It’s amazing what a red carpet can do for the aura of an awards show — or what happens in its absence. We’ve seen this throughout the past year, as various awards shows have experimented with ways in which to showcase the glamour of celebrities.
The red carpet seems to be key. Without it, there is no shared environment, no recognizable visual marker. That’s important not just for the audience but also for the attendees. The red carpet signifies a certain dress code, a level of polish.
This year, the Screen Actors Guild decided to present its awards show at an actual venue, the Shrine Auditorium in Los Angeles. But instead of going live, it was pre-recorded, and the red carpet portion was cut. Instead, nominees and participants submitted their own images, as many have done during the pandemic.
It’s understandable and admirable that the awards show would roll out a virtual red carpet instead of an actual one. But on the heels of a Grammy Awards red carpet that brought a level of glamour not seen since the 2020 Oscars (which serendipitously aired early last year, in February instead of its usual March date, just before the pandemic was declared), the SAG Awards fell flat when it came to fashion.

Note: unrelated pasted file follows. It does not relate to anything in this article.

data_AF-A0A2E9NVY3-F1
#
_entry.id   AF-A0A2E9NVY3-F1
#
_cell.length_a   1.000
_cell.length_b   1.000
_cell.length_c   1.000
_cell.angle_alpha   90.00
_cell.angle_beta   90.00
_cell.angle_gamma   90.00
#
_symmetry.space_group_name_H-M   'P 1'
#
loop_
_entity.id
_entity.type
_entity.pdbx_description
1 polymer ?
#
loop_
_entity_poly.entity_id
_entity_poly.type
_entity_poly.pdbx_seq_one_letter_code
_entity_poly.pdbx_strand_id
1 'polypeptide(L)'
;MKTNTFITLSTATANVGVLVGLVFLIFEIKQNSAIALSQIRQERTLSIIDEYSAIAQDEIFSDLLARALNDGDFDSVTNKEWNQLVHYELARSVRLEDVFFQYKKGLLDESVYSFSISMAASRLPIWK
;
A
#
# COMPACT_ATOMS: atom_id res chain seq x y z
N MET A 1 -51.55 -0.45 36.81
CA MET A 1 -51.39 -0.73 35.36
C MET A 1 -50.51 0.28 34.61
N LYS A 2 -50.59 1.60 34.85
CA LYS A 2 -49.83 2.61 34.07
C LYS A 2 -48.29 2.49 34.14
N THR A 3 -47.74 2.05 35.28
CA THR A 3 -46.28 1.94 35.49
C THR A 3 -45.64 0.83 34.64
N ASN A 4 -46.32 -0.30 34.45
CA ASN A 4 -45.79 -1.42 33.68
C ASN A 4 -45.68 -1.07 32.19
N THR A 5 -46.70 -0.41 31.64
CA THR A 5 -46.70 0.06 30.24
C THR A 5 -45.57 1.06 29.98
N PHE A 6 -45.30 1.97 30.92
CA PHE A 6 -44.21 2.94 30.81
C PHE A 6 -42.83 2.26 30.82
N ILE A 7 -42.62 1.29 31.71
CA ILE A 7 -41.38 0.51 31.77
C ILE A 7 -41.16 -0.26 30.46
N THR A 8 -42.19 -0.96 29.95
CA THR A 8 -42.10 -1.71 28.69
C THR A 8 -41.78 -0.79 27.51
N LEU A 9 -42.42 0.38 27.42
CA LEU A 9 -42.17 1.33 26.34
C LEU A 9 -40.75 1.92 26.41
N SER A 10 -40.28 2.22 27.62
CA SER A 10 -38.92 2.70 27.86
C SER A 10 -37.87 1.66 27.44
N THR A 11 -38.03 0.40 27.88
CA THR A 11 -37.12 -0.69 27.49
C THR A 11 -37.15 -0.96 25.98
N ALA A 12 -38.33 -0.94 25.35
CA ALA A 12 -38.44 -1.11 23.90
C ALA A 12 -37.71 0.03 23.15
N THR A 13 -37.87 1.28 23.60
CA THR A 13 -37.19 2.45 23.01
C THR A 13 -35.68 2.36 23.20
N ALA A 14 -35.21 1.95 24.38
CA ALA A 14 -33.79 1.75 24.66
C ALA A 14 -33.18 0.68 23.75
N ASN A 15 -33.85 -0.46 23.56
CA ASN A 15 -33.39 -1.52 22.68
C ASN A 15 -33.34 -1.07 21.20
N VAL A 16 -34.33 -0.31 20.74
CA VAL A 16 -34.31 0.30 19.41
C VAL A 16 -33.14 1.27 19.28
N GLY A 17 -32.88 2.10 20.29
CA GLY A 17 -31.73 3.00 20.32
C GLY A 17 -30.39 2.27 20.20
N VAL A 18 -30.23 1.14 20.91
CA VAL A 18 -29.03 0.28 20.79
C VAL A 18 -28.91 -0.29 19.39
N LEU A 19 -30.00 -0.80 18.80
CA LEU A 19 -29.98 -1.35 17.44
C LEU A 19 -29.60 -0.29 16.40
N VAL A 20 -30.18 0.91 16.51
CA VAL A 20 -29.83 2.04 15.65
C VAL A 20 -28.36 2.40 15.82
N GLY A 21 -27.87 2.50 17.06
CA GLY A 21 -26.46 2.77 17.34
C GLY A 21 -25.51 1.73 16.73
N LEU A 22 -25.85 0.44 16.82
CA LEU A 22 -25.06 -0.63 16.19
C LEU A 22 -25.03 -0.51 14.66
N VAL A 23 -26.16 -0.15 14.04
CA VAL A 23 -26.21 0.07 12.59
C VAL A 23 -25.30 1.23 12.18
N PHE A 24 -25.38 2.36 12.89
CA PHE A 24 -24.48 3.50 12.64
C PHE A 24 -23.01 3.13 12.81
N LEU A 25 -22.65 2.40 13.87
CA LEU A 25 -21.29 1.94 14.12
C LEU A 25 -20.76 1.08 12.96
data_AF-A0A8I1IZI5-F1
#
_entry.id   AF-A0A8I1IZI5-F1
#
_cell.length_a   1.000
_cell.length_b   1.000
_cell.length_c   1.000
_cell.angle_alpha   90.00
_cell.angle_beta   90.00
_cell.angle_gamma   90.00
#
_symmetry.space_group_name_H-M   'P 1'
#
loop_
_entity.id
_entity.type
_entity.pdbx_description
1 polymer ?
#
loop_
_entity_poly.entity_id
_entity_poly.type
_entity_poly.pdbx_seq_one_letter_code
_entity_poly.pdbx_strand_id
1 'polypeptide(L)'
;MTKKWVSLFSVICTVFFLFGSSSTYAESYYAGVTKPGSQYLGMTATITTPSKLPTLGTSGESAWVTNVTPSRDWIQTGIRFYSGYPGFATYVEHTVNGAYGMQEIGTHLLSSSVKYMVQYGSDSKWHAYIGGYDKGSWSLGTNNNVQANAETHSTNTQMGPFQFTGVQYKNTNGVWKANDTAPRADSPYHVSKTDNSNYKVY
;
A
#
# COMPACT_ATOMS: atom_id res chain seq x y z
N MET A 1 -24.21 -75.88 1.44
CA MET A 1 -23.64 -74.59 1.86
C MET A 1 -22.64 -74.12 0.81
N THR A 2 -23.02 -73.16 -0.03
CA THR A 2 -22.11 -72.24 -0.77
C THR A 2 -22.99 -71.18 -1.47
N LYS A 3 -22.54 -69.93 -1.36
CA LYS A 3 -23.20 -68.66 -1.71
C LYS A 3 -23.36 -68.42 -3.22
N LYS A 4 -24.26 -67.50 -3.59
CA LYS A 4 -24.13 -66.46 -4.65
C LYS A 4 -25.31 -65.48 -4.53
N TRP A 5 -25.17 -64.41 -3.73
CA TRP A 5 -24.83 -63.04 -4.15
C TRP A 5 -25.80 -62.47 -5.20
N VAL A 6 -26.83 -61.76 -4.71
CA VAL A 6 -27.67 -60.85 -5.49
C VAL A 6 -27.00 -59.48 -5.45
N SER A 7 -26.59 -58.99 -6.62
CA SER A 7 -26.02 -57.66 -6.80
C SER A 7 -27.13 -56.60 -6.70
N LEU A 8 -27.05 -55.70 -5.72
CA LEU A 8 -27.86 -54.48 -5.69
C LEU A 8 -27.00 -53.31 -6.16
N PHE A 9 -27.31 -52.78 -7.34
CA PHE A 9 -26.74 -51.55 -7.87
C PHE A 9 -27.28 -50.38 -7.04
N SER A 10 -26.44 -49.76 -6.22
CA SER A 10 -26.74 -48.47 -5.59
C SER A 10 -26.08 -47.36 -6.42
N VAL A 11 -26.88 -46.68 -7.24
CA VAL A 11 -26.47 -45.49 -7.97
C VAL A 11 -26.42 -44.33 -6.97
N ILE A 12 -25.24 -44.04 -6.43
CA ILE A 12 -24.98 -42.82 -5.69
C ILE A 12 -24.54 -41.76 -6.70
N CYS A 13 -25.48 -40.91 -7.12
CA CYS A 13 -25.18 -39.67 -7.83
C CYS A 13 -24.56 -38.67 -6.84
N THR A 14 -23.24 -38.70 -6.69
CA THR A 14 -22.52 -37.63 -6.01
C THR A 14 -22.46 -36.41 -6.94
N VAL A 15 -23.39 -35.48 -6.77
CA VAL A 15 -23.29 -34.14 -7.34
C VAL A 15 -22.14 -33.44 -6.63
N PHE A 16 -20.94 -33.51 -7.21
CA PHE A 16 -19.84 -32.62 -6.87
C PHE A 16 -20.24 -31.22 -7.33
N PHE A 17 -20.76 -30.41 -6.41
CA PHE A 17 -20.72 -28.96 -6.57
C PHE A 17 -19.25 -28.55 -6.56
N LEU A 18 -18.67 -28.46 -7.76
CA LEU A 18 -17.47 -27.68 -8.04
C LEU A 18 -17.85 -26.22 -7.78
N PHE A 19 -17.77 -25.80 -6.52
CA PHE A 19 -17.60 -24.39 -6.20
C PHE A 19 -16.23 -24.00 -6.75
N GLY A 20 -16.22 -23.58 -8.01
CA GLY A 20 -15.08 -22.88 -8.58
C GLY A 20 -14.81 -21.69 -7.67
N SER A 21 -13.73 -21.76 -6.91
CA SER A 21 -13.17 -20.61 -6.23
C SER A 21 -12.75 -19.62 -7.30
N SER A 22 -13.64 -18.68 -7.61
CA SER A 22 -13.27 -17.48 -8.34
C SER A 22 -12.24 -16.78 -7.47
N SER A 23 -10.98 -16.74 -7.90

Stars once again had to resort to their own ideas of glamour, and a substitute environment for the red carpet. Not much felt quite right: At home, the intimate details of domesticity (a kitchen in view or a staircase allowing a viewer to daydream about what the rest of the house looked like) broke the spell (and compelled participants to dress down). Studio portraits got rid of that problem but also looked austere. Only a few, such as Glenn Close, sought a pop of red to sub in for the lack of the carpet. The only look of the evening that truly captured the glamour of Hollywood was that of Kerry Washington, who wore her beaded Etro gown in a pool, Elizabeth Taylor-style.
With awards season winding down and the next one likely to return to the usual in-person format, completely with red carpet, it’s likely that this problem will be resolved. A few years from now, a look back at this year’s virtual awards season will offer context; a case study on the mechanics of Hollywood glamour and style — and the power of the centuries-old red carpet.